Ross Dress For Less Signs Lease To Open At Downtown Miami’s Historic Burdines Building, Gets Construction Permit

Ross Dress For Less signed a lease to open at the historic downtown Miami building that most recently housed Macy’s.

A construction permit to begin work was approved by Miami’s Building Department in late September.

Ross will occupy the ground floor of the building, a leasing plan shows. Escalators to the second floor will be walled off.

In total, Ross will spend $2,991,800 to renovate 34,192 square feet of space, plans show.

Another permit was approved today (October 10) for a separate retail space in the building. A total of 3,174 square feet of retail space will be renovated at a cost of $277,726 for the unidentified tenant.

 

The store in 1926 (photo via Florida Memory:

 

 

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Anonymous
2 years ago

Makes sense, since the building they’re currently in will be demolished and become One Biscayne. Citibank already relocated as well.

Anonymous
2 years ago

Blah. Target would have been a better choice.

Anonymous
2 years ago

Glad they not demolishing the old Burdines building.it is historic.

Anonymous
2 years ago

so was the Orange Bowl…but that topic came and went.

Anonymous
2 years ago

What a missed opportunity to convert it in a great live-work lofts building.

Anonymous
2 years ago

They might for the upper floors.

Anonymous
2 years ago

There were some developers interested but being in Real Estate for the last 20 years I can tell you that the area and specifically that block is not there yet. We show many people in Downtown and some blocks do better than others. Here, it is homeless central in the day time and even more so in the evening. Macys pulled out and I wish Ross the best but it is going to be a bit difficult to improve this block.

Anonymous
2 years ago

Look it that old street car in downtown Miami ! I think it went all the way to South Beach Beach then. It seems the further back we go the better the mass transit was in the developed areas of Miami Dade back then

Shawn Kouri
2 years ago

Wasn’t this building supposed to be a proposed high-rise?

Anonymous
2 years ago

Some dopes from NYC were trying to sell it that way.

Anonymous
2 years ago

Can you even have a commercial district in Florida without a “Ross Dress For Lease”?

¯\_(ツ)_/¯
2 years ago

Gross.

Anonymous
2 years ago

Ross would’ve made better sense in the annex across the street, or in the old F.W. Woolworth next door (like on Los Angeles’s Broadway) but it’s likely uninhabitable thanks to Mana. We could’ve had a magnificent Target and lofts along 1st in the original section which could’ve been restored like in the 1926 image.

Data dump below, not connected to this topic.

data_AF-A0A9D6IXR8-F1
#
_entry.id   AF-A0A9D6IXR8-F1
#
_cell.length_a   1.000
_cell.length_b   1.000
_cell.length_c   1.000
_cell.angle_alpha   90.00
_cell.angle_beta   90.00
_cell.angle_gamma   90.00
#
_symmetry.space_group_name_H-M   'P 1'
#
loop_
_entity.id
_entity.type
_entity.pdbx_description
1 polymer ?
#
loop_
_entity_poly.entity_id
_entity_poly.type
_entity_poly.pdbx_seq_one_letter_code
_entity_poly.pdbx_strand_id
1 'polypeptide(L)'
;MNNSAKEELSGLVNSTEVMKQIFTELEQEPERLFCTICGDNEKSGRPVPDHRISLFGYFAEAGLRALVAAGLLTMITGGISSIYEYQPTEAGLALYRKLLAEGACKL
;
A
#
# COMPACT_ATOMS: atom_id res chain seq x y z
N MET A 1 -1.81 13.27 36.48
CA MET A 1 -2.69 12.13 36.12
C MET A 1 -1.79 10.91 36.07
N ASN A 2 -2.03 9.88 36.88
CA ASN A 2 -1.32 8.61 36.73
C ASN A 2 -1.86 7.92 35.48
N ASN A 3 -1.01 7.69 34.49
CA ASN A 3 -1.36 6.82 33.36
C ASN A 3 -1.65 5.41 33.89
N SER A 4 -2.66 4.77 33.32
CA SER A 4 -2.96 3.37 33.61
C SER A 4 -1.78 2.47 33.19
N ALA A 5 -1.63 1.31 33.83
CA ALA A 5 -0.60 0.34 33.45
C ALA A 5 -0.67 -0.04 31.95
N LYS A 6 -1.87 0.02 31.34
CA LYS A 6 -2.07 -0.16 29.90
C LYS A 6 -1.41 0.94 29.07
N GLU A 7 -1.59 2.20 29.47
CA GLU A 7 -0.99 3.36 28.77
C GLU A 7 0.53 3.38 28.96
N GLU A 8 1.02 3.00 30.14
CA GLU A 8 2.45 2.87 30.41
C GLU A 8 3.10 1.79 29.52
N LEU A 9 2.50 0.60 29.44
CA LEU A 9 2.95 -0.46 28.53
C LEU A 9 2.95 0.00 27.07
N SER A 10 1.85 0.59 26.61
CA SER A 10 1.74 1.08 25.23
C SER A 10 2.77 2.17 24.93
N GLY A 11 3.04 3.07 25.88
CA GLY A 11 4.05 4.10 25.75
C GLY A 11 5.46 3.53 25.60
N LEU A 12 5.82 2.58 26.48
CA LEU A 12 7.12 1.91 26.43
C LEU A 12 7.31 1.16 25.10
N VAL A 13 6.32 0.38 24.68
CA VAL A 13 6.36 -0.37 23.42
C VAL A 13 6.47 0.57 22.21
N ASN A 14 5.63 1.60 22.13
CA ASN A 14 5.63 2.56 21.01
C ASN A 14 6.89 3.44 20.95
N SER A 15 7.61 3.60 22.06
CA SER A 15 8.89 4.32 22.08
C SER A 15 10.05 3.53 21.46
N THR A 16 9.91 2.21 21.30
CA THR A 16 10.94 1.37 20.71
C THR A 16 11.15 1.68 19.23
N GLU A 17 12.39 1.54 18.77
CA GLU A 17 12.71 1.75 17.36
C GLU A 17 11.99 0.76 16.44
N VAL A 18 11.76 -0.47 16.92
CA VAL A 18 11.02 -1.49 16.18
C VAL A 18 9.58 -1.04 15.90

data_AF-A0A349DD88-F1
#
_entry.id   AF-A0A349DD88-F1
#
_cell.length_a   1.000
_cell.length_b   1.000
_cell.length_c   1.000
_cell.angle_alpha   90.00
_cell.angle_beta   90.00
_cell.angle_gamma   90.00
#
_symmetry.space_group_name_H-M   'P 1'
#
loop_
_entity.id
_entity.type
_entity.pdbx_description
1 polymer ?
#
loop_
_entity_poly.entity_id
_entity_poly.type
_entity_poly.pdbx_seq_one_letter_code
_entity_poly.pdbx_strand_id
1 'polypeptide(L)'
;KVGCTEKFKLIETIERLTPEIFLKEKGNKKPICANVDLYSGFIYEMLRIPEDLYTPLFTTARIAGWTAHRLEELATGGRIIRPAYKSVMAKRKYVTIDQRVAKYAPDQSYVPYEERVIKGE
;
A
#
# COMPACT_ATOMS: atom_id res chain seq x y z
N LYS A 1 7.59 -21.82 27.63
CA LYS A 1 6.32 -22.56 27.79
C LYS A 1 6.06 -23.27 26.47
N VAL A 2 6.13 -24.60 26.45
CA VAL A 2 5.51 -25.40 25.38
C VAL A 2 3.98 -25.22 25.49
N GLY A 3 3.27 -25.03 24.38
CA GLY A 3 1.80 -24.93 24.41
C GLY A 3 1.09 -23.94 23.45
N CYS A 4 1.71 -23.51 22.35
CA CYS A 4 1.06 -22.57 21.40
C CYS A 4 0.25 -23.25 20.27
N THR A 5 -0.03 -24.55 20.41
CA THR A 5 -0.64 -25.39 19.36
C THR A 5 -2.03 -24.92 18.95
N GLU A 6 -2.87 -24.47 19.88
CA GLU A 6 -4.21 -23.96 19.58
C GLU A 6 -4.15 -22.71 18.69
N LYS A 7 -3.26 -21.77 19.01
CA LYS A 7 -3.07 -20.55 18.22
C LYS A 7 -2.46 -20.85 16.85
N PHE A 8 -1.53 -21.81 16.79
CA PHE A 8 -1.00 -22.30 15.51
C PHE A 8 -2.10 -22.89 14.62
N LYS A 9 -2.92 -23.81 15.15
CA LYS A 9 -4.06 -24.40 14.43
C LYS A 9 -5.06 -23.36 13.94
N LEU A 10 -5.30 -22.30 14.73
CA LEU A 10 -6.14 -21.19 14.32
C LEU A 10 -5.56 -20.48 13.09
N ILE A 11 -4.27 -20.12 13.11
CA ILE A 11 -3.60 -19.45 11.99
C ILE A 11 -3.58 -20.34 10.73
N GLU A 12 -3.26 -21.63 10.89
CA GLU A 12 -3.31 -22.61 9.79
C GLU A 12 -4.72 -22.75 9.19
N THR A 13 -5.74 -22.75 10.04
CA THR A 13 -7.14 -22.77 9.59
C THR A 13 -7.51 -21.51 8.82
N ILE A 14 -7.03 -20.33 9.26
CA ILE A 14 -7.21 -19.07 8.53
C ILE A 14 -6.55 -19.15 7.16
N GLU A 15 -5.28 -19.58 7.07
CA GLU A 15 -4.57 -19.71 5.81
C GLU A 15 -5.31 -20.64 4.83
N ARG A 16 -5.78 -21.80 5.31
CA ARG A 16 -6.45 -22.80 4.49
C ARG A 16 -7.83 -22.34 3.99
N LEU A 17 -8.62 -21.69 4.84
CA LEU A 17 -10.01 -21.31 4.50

Anonymous
2 years ago

I never see homeless around Brickell so why are they downtown?? Maybe they need cops in blue instead of ambassadors in red.

Anonymous
2 years ago

The reason why is because Brickell architecture does not have a lot of shelter for homeless people, whereas Downtown’s architecture has blocks and blocks of shelter. Until that changes, it will continue to be this way.

Anonymous
2 years ago

also many stores are closed, which allows tons of homeless to camp out

Anonymous
2 years ago

What a shame. This could have been a great opportunity to bring in a more meaningful tenant to one of downtown’s most important and historic retail buildings. While new shopping destinations are sprouting up all over the city, downtown who has an established infrastructure and great collection of architecturally significant buildings, sits deteriorating.

Anonymous
2 years ago

The sad fact is that these old buildings are cavernous and they attract a lot of homeless people. New buildings with out shelter would solve this issue but preservationists will fight tooth and nail to keep them standing just as they are now. It is a vicious cycle that I don’t see ending anytime soon.

Anonymous
2 years ago

Shelter keeps you cool while walking on the sidewalks and dry from the rain. We don’t have enough trees (especially shade trees cough:palms:cough) to keep pedestrians cool. All of Brickell City Centre has the climate ribbon, a shelter if you will. They don’t have homelessness. It has less to do with the building’s design and more to do with derelict properties teeming with code violations that code compliance won’t actually enforce and overpriced rents for these dumps keeping businesses out. Looking at you, Mana.

Anonymous
2 years ago

This not meant to purposefully get the “cult of cars off the street” girls upset, but the successful retail ALWAYS has ample parking. ALWAYS.

Anonymous
2 years ago

Two points:
1) Asbestos in 1983 ?!?
2) Should remain public/workforce housing.

Anonymous
2 years ago

Wrong article.